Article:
Liberalism tells us everyone should be able to do, be, and get whatever he wants, as much and as equally as possible. People believe that represents a new and higher stage in political and moral evolution that can’t be reversed short of horrific civilizational collapse. Why?
There are a couple of points to notice here. One is that like all systems liberalism limits people’s goals. It guides them toward manageable goals that support the system and don’t interfere with other people. So they are encouraged to be politically correct careerists and otherwise mostly interested in consumer goods, leisure time activities, personal indulgences, and so on.
That leads to a second point, which is that liberalism sees global markets and bureaucracies as the only truly rational and therefore legitimate principles of social order. Traditional ordering principles, like religion, settled family forms, and inherited cultural community, don’t fit the system and are considered irrational and oppressive.
Such views are radically at odds with the views the Church and indeed most people have generally favored. These views involve a natural law perspective that bases politics on human nature. By nature, they say, man is a social being who joins together, starting with the family, in communities oriented toward a common good. That good can’t be chosen arbitrarily, because our goods are mostly natural to us, and define a universal natural law all communities should respect.
The traditional view includes more of reality. Even so, liberals more and more find it incomprehensible and indeed hateful. Why?
Ultimately, behind that attitude lies a tendency associated with modern natural science to view the universe as defined by numerical features and mathematical law. That approach has been enormously successful in the natural sciences, so much so that educated people today accept its unique validity, and generally accept that the real world is the wholly numerical and mechanical world of modern physics.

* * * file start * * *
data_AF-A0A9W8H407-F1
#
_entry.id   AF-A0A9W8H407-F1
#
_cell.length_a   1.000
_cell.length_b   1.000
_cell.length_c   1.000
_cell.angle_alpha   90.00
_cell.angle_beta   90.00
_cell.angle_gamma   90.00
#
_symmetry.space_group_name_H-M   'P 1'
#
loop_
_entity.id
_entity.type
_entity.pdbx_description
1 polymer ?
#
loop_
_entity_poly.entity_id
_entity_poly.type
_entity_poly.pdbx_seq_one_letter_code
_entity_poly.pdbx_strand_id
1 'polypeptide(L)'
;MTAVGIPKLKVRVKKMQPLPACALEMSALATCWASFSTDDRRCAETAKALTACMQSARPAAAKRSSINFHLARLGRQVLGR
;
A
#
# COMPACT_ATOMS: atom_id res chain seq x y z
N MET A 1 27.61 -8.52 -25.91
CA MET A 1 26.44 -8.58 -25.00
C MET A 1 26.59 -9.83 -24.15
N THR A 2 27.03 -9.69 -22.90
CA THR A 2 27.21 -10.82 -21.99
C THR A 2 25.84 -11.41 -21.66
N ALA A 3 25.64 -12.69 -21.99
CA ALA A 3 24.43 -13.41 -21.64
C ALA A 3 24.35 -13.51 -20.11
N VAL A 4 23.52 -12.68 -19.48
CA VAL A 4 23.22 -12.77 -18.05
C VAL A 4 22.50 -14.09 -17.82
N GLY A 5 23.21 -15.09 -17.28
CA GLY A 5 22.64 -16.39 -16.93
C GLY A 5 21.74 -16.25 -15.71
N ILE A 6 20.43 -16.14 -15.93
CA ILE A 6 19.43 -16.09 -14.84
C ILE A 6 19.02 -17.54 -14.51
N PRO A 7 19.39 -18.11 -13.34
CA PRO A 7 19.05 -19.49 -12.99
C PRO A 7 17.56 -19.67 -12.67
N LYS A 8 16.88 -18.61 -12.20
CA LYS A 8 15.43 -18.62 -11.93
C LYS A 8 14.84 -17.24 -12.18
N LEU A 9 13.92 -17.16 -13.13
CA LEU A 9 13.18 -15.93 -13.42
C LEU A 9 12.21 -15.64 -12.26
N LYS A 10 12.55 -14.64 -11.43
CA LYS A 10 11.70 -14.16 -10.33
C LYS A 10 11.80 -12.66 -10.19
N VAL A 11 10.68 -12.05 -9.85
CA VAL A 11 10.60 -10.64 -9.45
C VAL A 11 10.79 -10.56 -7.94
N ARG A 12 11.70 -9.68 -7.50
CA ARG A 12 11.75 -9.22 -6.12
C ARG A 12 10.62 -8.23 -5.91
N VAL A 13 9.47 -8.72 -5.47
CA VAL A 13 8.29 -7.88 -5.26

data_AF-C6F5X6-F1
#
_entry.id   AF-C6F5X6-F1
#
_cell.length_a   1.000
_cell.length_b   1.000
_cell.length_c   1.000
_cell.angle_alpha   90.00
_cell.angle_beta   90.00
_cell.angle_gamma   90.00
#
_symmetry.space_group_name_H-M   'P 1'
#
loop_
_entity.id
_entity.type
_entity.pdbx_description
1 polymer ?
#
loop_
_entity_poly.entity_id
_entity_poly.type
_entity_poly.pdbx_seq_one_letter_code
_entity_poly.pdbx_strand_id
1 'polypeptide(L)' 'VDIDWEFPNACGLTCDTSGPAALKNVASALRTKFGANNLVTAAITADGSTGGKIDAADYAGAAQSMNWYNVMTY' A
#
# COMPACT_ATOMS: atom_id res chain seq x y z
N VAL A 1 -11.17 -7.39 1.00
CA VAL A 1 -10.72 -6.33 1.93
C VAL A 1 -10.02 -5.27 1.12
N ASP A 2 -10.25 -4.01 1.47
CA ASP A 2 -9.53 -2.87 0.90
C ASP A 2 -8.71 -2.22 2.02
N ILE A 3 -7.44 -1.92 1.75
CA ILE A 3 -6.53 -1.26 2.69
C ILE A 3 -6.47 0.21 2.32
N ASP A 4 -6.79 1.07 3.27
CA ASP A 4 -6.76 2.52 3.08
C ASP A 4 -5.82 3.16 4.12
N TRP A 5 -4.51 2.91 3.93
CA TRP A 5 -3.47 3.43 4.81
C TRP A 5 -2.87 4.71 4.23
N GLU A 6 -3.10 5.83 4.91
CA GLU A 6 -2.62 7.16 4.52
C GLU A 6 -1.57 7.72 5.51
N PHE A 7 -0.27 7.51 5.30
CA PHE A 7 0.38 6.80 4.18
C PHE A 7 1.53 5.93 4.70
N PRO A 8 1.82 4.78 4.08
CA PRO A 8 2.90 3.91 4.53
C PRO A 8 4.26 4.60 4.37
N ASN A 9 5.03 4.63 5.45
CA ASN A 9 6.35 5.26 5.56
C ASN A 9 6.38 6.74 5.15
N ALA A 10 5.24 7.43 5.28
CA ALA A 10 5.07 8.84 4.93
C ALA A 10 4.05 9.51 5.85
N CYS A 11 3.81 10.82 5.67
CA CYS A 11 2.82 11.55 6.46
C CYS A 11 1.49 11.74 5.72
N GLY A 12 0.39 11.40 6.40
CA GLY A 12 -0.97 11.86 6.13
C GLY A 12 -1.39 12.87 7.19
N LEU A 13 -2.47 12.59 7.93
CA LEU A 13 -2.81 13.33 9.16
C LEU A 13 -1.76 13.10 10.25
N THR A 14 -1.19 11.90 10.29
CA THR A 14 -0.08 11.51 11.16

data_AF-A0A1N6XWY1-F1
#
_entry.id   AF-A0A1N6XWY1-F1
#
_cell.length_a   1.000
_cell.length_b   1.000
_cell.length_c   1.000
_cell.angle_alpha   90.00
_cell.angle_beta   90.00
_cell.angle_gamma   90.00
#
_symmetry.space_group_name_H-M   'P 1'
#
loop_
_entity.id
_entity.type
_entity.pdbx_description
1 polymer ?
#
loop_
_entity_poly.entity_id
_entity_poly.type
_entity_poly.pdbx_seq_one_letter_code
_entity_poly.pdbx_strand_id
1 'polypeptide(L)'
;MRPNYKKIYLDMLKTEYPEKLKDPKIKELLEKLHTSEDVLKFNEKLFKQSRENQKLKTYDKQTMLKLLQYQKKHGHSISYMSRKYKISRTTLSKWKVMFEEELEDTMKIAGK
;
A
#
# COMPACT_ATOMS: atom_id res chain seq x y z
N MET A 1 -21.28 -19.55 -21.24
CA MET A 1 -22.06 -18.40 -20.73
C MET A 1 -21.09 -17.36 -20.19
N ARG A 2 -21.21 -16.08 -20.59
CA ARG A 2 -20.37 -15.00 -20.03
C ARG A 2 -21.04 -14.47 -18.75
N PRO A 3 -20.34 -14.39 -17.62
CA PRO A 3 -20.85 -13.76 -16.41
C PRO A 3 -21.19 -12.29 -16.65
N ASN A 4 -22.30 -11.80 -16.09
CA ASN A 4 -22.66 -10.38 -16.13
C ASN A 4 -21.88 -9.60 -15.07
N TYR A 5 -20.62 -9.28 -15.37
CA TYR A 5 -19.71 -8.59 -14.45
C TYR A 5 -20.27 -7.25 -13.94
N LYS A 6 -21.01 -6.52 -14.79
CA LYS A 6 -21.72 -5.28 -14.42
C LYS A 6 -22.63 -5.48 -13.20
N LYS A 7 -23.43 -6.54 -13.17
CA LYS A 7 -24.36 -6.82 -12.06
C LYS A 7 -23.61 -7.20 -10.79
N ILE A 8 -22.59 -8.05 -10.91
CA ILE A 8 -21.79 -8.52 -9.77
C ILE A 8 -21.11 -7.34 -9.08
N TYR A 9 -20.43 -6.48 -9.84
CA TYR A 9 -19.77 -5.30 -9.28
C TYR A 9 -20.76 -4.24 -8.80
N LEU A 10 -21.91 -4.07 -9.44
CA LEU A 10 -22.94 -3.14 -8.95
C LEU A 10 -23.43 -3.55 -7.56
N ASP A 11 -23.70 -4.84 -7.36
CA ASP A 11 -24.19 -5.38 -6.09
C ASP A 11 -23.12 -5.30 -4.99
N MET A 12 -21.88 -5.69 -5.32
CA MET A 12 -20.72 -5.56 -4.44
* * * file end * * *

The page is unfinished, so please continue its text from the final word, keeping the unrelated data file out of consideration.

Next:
But that leaves out essential aspects of experience, like good and evil, that are neither numerical nor mechanical. The result is that such things, which are outside the scope of science, become subjective. “Good” means “I like this,” “evil” means “I don’t like this.” But that paradoxically leads to a fairly clear system of morality: morals tell people what to do. Subjective desire also tells them what to do, and Occam’s razor tells us not to multiply entities beyond necessity. It follows that satisfying preferences is the summum bonum. And since all preferences are equally preferences, they all have a presumptively equal claim to fulfillment.
But why aren’t educated people struck by the obvious problems with that view?
One reason is that modernity has been so very successful on its own terms. It is hard to argue with tanks, bombers, the Internet, modern medicine, constant distraction, and trillions of dollars. And within modernity liberalism has won decisively, so it too has the argument from success.
Another is its practical intellectual defenses. Science and technology tell us what rationality is, liberalism tells us what morality is. The system seems to work, so to treat anything outside it, for example human goods other than preference satisfaction, as more than optional private opinion would be to impose an unnecessary assumption on other people. Why should they put up with it?
The biggest reason though that liberal modernity seems invincible is that it is basic to the way people do things today.
We live in a hyper-connected age in which electronics makes every person, place and thing immediately present to every other. It is also a hierarchical and hyper-organized age in which even amusements and breakfast food are provided by huge bureaucratic organizations. In such a setting, there is no hiding place for anything at odds with dominant institutions and understandings.
But what are these institutions?
Liberalism sees technology, bureaucracy, and markets as uniquely rational ways to promote the fulfillment of preferences, and therefore the only legitimate sources of authority. For that reason it leads ultimately to a technocratic and oligarchical society. In doing so, it suppresses natural and traditional arrangements, which work on entirely different principles.